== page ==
Food and wine pairing at Chateau Feely, Saussignac

We had an absolutely phenomenal day at Chateau Feely, in Saussignac, so I have to share it with you all.

Great wines, great company, great vineyard.

Check out the chicken tractor! We want one.

We were greeted by Dora, the farm dog, who was completely adorable and totally excited to have new people visiting her and her humans on this biodynamic, organic winery snug on the French hills overlooked by Saussignac castle. We were then met by South African-born Caro Feely, lady of the Chateau and all round awesome dude. It was a real treat to meet someone so passionate about her land, her vines and the concept of terroir.

At the start of the day we toured the vineyard, learning about the Feely family’s journey into wine (you can read more about it in Caro’s books – my copies are winging their way to me as we speak and one is currently on offer for 99p on Amazon). The area was lush and buzzing with life. Delicate wild orchids were beginning to push up their frail heads – they have only been present for the last five or so years as the effects of the organic and biodynamic methods have led to a balanced enough environment for them to thrive.

Look at my big French wine and cheese belly!

Caro talked all about their farming methods and the comparison between the lush beauty of their land compared to the neighbouring conventional farmer’s was stark. I know where I’d prefer to live! The best bit for us was seeing Sean Feely, Caro’s husband, weeding the farm by tractor, using a special hoe attachment which raked up the weeds and turned the soil, but very cleverly lifted up to avoid the vines. It took mere seconds to weed a full row, where hours of manual labour were previously necessary. Most ingenious.

After the tour it was time to get down and dangerous and taste a selection of Chateau Feely’s wines, discuss their flavours and generally shoot the shit about wine making, tasting and enjoyment.

Sensualité: dry very pale rosé wine from cabernet sauvignon
A really light, almost salty nose – characteristic of the limestone soils on which it is grown – with a very delicate fruit scent – peach, perhaps something more exotic like guava. It is pressed quickly which gives it its distinctive super light colour and gives a zesty then crisp flavour which is light and fresh. With high acidity and medium alcohol it gives a burst of flavour which has a hint of residual sugar, just enough to turn the acidity into very faint notes of crisp green apples and frozen grapes. This is a red wine drinker’s rose, should such a thing exist. We both loved it. A winner with a fresh, crisp goat’s cheese.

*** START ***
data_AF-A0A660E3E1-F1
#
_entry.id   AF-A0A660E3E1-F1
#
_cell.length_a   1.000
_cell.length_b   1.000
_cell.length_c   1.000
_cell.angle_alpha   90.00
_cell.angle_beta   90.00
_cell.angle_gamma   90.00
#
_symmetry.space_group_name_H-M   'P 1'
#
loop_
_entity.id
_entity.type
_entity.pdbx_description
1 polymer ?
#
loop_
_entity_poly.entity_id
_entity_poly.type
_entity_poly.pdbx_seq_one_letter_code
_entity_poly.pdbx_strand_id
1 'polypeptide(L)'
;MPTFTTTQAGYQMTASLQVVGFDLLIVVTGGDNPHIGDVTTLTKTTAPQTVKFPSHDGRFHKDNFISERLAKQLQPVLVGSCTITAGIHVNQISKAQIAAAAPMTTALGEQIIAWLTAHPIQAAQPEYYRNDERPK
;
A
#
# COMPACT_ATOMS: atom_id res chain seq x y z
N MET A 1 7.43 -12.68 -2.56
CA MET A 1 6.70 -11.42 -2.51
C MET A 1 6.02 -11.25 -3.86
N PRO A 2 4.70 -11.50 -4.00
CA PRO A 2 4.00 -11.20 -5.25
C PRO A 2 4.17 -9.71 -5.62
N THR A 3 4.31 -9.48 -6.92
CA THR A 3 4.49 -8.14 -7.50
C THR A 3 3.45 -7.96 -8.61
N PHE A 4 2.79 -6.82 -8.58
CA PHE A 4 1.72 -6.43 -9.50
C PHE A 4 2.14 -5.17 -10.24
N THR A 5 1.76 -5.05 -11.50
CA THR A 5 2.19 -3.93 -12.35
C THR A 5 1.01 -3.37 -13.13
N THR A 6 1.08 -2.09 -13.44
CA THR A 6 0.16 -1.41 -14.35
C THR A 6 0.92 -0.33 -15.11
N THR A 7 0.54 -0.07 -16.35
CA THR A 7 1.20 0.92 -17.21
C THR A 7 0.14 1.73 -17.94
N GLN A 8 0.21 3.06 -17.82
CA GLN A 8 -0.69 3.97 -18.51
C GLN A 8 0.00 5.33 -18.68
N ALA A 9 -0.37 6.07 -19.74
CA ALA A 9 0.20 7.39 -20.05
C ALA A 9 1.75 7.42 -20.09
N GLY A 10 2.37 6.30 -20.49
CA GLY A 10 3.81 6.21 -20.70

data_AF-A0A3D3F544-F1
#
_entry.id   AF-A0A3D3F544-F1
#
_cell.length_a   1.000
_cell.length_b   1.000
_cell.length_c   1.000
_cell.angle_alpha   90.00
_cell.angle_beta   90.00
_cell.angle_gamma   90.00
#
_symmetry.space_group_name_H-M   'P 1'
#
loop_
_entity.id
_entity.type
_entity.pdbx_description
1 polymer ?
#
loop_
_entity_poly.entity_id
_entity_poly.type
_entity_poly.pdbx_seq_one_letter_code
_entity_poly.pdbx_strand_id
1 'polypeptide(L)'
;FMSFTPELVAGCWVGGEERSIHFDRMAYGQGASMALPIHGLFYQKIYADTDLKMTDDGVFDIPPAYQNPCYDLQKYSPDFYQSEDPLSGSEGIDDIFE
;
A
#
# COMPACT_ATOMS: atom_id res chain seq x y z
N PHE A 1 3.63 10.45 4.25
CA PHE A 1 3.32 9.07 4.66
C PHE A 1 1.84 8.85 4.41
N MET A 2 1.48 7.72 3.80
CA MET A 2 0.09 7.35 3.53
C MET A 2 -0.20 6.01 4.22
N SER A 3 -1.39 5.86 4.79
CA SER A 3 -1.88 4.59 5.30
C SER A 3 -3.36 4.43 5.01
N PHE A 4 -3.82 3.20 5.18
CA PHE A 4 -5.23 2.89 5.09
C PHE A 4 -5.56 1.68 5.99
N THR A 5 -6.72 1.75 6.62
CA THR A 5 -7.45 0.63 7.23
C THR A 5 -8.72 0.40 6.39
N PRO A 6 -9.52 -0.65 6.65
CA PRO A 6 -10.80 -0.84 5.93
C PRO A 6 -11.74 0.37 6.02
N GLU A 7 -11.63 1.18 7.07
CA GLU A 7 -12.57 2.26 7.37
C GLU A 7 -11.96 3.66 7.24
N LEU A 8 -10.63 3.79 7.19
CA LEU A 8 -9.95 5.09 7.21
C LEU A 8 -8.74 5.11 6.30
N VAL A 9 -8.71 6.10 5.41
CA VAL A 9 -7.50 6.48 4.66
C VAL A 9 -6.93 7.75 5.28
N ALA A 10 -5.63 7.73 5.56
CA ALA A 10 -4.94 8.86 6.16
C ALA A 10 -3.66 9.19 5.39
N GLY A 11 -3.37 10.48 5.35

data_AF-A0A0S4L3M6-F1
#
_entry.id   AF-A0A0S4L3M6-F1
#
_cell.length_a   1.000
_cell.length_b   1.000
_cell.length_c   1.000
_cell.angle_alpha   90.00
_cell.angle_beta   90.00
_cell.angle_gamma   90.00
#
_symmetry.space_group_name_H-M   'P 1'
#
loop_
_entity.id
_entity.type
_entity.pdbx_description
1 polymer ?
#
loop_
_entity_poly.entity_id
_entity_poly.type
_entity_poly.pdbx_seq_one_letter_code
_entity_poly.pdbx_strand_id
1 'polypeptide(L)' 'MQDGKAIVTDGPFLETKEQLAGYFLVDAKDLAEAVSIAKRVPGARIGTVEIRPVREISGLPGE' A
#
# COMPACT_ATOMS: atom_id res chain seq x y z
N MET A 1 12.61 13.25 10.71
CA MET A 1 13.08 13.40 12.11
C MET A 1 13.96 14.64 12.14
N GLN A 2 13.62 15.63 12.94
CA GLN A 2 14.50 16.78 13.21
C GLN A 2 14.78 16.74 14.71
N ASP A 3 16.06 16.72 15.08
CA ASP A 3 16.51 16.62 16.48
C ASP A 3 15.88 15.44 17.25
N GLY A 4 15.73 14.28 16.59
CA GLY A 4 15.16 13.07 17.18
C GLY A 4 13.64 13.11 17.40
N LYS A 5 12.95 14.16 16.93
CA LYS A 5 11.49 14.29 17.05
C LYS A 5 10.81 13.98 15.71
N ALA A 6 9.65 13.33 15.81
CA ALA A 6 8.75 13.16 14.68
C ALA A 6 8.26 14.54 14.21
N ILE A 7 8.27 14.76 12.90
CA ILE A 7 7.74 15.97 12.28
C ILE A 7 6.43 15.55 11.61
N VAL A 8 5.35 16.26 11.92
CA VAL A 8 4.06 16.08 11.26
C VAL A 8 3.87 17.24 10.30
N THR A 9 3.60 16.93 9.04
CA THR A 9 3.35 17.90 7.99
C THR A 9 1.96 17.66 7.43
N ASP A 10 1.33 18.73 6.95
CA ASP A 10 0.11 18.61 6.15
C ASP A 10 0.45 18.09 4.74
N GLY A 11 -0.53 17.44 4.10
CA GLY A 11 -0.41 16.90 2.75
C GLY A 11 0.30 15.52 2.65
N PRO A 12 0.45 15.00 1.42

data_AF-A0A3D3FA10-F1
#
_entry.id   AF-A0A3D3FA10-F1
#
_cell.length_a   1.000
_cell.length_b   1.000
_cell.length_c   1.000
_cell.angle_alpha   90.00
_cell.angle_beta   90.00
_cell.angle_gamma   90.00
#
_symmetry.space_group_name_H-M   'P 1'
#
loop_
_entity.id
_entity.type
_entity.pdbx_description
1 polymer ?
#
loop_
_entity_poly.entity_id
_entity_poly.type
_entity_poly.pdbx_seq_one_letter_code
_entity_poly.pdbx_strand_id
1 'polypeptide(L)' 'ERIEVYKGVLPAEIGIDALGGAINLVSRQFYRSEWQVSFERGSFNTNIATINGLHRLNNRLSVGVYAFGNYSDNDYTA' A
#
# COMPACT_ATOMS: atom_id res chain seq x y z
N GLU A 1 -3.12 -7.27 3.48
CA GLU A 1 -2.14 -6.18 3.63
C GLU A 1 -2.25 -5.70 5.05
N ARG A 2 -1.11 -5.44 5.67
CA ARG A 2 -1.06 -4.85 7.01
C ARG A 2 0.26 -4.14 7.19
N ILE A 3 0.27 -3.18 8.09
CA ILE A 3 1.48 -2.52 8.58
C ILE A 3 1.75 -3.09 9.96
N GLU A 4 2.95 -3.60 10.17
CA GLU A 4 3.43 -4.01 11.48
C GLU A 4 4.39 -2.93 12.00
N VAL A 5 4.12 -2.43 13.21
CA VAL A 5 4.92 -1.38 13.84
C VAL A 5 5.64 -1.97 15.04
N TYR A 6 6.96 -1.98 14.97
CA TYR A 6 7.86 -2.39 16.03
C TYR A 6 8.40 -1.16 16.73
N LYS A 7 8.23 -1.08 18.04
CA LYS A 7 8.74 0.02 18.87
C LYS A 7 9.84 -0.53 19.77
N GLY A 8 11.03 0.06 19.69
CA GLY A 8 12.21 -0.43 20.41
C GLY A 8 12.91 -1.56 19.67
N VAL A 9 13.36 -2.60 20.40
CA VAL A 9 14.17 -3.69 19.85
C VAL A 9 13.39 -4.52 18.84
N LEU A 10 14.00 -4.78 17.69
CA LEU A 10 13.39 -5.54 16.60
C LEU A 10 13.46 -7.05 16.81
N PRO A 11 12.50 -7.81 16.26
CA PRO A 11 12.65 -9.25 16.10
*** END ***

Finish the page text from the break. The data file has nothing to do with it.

Luminosité: sauvignon blanc sémillon dry white wine blend 
Scents of rosehip from the hedgerow, a dash of apple compote and a very light spice arise from this wine, which has a more traditional pale yellow colour. It is a more rounded flavour than the Sensualité, less dry with lighter acidity but that is not to deny its pleasant astringency. It feels thicker in the mouth, has a more luxurious texture. There is more alcohol and a light barrel age which gives it more richness. As such, it can cope with more powerful flavours, being surprisingly excellent with creme fraiche and smoked trout.

The tasting room

Mille Fleurs 2013: pure sémillon dry white wine (orange coloured wine) no sulphites added
The real surprise of the day for us and the most interesting with a variety of food – but complementing especially deep subtle flavours like the nutty notes along with the creaminess of the echourgnac – our first introduction to ‘nun cheese’ from Périgord. This wine is the colour of honey or a light beer, with just a tinge of pink. It has floral smells – but citrusy, like orange blossom water. It is deeper than that sounds though, like marmalade. In the mouth it is lighter still, but refreshing along with the complexity of a slight spice hint, perhaps cinnamon. It develops really slowly in the mouth, it is a mellow feel, with cidery honey flavours. It has a very long finish and leaves a light salinity on the roof of the mouth, again reflecting the composition of the Feely vineyards. A fascinating wine that can cope with even the strong flavours of a curry, go tarka dal – matched at last.